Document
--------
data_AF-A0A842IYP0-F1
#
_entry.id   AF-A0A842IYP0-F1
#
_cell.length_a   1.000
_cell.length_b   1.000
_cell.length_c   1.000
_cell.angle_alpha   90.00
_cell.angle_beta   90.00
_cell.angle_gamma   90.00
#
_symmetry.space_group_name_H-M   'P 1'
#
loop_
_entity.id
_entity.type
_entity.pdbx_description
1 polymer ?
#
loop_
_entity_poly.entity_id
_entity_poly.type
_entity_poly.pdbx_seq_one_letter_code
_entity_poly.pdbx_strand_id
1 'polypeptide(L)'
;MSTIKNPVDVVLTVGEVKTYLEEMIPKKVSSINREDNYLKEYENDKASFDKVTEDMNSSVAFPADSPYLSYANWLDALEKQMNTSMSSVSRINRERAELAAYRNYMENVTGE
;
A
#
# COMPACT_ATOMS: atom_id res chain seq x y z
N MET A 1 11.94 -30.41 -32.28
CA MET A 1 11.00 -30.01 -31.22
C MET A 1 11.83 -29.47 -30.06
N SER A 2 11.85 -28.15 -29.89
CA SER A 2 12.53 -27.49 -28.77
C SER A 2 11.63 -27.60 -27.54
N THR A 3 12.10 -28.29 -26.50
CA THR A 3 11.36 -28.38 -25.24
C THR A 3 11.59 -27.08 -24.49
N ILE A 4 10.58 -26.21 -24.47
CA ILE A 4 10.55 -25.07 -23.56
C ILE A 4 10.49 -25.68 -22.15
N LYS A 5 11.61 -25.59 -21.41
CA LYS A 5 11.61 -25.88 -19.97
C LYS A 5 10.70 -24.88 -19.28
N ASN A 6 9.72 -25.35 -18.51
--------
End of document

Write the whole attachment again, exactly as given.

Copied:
data_AF-A0A842IYP0-F1
#
_entry.id   AF-A0A842IYP0-F1
#
_cell.length_a   1.000
_cell.length_b   1.000
_cell.length_c   1.000
_cell.angle_alpha   90.00
_cell.angle_beta   90.00
_cell.angle_gamma   90.00
#
_symmetry.space_group_name_H-M   'P 1'
#
loop_
_entity.id
_entity.type
_entity.pdbx_description
1 polymer ?
#
loop_
_entity_poly.entity_id
_entity_poly.type
_entity_poly.pdbx_seq_one_letter_code
_entity_poly.pdbx_strand_id
1 'polypeptide(L)'
;MSTIKNPVDVVLTVGEVKTYLEEMIPKKVSSINREDNYLKEYENDKASFDKVTEDMNSSVAFPADSPYLSYANWLDALEKQMNTSMSSVSRINRERAELAAYRNYMENVTGE
;
A
#
# COMPACT_ATOMS: atom_id res chain seq x y z
N MET A 1 11.94 -30.41 -32.28
CA MET A 1 11.00 -30.01 -31.22
C MET A 1 11.83 -29.47 -30.06
N SER A 2 11.85 -28.15 -29.89
CA SER A 2 12.53 -27.49 -28.77
C SER A 2 11.63 -27.60 -27.54
N THR A 3 12.10 -28.29 -26.50
CA THR A 3 11.36 -28.38 -25.24
C THR A 3 11.59 -27.08 -24.49
N ILE A 4 10.58 -26.21 -24.47
CA ILE A 4 10.55 -25.07 -23.56
C ILE A 4 10.49 -25.68 -22.15
N LYS A 5 11.61 -25.59 -21.41
CA LYS A 5 11.61 -25.88 -19.97
C LYS A 5 10.70 -24.88 -19.28
N ASN A 6 9.72 -25.35 -18.51